CNBCfix review: Whether
it’s mortgages or television,
Goldman is always hedged

          Posted: Sunday, October 10, 2010

Goldman Sachs is phenomenally successful.

And that's the problem.

That success is a tempting subject for everyone from powerful mainstream media organizations such as CNBC to Internet conspiracy writers, some of whom have put together intriguing if incomplete arguments against the firm's influence.

The firm says it thrives on exceptional talent and business practices. Critics call it chicanery, a "gaming" of Wall Street stretching all the way to Washington.

Who's right?

David Faber tries to provide some answers in CNBC's "Goldman Sachs: Power and Peril." Unfortunately the program promises more than it delivers.

This production feels about 6 months late. The peak of Goldman Sachs controversy likely occurred in April 2010, when the SEC charged the firm and a trader with fraud, likely the extent of any official government punishment of the firm.

Also, the program is as much about what's not in it as what's in it. It makes no mention of perhaps the firm's peak of desperation, when Warren Buffett agreed to invest $5 billion in the firm in September 2008. Faber also repeatedly expresses frustration that the firm's leading executives were not made available for interviews and that many former employees refused to speak on the record. He ends up with saccharine and predictable sit-downs with 3 current executives — Edith Cooper, Stephen Scherr and Craig Broderick — but complains the firm "reneged" on a promised interview with Lloyd Blankfein.

As far as photography goes, the possibilities for depicting mortgage-security backlash are obviously limited. Too much of the footage is static shots of Goldman's headquarters or flashbulbs popping at Blankfein's congressional testimony.

Even so, this is a watchable hour of documentary-like television.

Faber's descriptions of the firm's history, and what got it in trouble, are authoritative yet simple. The best parts are the explanations of mortgage securitization that parallel Faber's outstanding 2009 documentary "House of Cards." He goes on location to Cleveland, where he and his crew found, apparently based on information from Senator Carl Levin's hearing, just the example they were looking for: A home bankrolled by Goldman Sachs in a mortgage-backed security sold to others that also became a subject of a Goldman in-house Synthetic Collateralized Debt Obligation, or tool for playing a decline in the housing market.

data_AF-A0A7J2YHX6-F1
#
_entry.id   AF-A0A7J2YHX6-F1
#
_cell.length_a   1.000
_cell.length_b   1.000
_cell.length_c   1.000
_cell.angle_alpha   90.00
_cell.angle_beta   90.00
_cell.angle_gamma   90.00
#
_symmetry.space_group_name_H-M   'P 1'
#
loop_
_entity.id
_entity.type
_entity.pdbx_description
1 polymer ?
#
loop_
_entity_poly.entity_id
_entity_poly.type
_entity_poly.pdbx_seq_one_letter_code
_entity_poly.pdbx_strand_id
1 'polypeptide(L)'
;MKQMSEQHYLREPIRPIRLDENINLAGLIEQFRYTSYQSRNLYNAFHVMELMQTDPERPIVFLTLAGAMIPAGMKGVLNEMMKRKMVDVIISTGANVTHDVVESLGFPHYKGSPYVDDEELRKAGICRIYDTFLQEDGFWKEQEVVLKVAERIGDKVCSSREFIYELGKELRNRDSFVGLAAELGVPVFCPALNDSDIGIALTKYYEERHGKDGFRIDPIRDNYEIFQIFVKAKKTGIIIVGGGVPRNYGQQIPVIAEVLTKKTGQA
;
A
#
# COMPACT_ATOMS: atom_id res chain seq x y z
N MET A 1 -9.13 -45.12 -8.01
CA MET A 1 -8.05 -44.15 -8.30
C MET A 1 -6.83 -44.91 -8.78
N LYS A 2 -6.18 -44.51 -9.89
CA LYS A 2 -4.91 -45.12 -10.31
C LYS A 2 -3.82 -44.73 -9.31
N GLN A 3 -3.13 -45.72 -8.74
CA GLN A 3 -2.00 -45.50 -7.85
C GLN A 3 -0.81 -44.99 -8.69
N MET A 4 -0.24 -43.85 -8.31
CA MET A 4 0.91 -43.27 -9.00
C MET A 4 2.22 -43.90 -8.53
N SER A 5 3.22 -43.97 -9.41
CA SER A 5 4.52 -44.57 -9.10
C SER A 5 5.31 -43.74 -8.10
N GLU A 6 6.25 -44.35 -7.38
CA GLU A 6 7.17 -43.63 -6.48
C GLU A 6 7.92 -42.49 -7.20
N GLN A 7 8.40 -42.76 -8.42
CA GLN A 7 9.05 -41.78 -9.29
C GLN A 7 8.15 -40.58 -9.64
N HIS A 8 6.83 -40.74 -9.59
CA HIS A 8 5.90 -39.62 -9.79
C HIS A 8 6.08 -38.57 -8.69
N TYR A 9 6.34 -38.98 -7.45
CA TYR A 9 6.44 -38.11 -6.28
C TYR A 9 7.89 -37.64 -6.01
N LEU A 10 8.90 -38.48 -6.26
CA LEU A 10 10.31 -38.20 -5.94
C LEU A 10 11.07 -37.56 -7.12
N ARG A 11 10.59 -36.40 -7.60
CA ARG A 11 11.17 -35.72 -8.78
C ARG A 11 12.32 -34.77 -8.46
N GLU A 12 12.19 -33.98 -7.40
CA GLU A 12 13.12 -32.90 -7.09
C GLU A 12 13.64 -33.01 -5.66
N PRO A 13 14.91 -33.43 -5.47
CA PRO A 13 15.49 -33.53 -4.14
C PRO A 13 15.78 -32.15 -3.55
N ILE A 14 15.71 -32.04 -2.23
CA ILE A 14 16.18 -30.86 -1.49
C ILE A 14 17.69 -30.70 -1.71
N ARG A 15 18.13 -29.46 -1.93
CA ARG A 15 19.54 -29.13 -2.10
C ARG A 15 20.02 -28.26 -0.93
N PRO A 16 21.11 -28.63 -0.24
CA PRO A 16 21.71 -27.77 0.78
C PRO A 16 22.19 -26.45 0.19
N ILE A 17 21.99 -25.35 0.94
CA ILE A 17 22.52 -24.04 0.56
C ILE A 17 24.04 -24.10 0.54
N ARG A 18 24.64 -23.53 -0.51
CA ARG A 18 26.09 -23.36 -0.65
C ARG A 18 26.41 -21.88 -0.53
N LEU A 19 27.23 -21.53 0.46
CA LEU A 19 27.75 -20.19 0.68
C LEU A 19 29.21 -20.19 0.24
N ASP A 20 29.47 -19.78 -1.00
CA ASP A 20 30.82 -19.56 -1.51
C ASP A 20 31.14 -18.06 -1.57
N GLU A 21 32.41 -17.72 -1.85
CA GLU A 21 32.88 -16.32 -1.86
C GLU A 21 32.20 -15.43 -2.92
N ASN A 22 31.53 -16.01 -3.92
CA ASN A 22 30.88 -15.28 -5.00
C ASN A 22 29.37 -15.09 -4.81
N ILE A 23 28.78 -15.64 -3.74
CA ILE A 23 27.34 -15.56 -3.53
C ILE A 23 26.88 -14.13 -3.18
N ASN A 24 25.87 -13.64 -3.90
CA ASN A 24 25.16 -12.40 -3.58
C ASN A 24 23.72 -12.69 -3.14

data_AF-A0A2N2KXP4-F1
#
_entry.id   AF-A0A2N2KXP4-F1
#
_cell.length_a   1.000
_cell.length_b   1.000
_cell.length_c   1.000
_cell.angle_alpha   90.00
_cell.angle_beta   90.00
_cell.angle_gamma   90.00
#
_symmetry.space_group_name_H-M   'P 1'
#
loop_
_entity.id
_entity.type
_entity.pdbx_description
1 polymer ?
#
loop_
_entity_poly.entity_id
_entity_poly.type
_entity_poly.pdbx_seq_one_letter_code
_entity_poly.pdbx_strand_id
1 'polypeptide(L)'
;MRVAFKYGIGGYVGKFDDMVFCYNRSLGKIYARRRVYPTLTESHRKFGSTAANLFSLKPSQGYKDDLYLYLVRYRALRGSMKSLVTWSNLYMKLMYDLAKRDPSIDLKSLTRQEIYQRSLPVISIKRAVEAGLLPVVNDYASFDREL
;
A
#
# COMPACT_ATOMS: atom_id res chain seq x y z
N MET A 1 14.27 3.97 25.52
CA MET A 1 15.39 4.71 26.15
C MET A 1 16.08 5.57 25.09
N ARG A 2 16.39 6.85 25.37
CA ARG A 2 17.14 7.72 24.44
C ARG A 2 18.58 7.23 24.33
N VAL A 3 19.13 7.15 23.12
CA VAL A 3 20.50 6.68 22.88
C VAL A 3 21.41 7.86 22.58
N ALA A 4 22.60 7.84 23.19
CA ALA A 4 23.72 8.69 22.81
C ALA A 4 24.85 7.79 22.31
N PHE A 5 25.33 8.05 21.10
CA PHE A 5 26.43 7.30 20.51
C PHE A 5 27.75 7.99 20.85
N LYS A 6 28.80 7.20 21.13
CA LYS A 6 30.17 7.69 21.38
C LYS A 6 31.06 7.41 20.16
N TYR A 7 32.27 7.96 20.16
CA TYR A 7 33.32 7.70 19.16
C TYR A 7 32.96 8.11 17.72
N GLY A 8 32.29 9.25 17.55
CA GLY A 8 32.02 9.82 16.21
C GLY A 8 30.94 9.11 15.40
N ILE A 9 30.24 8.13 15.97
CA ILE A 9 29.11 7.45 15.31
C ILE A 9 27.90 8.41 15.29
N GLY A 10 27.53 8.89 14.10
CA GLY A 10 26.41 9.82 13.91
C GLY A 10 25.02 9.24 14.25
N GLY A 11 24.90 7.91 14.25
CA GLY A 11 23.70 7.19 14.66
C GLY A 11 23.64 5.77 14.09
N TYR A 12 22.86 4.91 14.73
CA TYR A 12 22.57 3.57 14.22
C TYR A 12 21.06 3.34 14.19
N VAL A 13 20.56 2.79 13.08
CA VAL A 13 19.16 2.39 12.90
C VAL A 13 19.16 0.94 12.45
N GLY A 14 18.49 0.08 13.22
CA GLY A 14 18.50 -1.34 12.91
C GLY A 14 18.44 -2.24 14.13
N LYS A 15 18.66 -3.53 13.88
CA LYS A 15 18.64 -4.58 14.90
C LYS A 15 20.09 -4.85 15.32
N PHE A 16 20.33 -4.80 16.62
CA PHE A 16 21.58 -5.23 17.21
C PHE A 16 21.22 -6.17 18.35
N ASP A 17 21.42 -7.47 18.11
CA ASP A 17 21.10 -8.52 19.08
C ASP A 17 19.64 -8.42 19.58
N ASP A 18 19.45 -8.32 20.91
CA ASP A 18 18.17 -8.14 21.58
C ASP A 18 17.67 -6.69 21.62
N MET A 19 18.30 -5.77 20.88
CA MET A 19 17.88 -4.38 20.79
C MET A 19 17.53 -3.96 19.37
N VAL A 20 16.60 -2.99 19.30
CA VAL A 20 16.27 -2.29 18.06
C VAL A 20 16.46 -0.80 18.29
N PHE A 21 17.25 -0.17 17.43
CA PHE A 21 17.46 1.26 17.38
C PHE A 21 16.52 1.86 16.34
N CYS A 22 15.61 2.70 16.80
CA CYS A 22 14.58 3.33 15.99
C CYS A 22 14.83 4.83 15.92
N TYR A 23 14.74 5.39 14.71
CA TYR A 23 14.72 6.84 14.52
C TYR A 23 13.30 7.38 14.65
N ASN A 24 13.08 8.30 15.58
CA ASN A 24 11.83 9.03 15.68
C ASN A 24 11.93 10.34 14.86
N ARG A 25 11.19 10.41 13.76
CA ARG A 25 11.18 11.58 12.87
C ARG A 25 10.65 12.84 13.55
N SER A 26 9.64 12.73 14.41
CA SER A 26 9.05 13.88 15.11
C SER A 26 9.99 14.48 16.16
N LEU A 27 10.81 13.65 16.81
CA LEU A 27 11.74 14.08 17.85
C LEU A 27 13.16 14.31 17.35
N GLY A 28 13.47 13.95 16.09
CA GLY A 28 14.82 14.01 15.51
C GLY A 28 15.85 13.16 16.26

This is a troubling revelation. A firm intentionally selling junk so it can bet against it doesn't seem like something that's in the public interest.

Cuyahoga (Ohio) County Treasurer Jim Rokakis tells Faber that when a firm can package a product to be bought by others, then invest its own money against the security failing, "there's something wrong with the system."

Maybe there is, maybe there isn't. Hedging is not just smart strategy in the financial world, it's a must. Perhaps because Goldman Sachs only officially responded to some of Faber's questions with terse statements, he describes the CDO in question not as a possible risk-management tool but "simply a wager, a bet on whether mortgages will be paid back."

If there is a case to be made for Goldman's CDO, don't blame Faber for ignoring it — he tried to get the firm to defend itself and merely received these statements:

"We did extensive due diligence on the loans we bought and securitized. We did not purchase loans where we knew the borrowers were unable or unlikely to pay."

"We did not choose the referenced securities with the belief that they would lose value. ... If investors did not like the underlying securities, they could have chosen not to invest."

Goldman's official trouble stems from an SEC suit that accused the firm of misleading investors over 1 particular CDO. The firm settled with a $550 million fine — the largest by a Wall Street bank in SEC history — and issued a statement:

The firm entered into the settlement without admitting or denying the SEC’s allegations. As part of the settlement, however, we acknowledged “that the marketing materials for the ABACUS 2007-ACI transaction contained incomplete information. In particular, it was a mistake for the Goldman marketing materials to state that the reference portfolio was ‘selected by’ ACA Management LLC without disclosing the role of Paulson & Co. Inc. in the portfolio selection process and that Paulson’s economic interests were adverse to CDO investors. Goldman regrets that the marketing materials did not contain that disclosure.”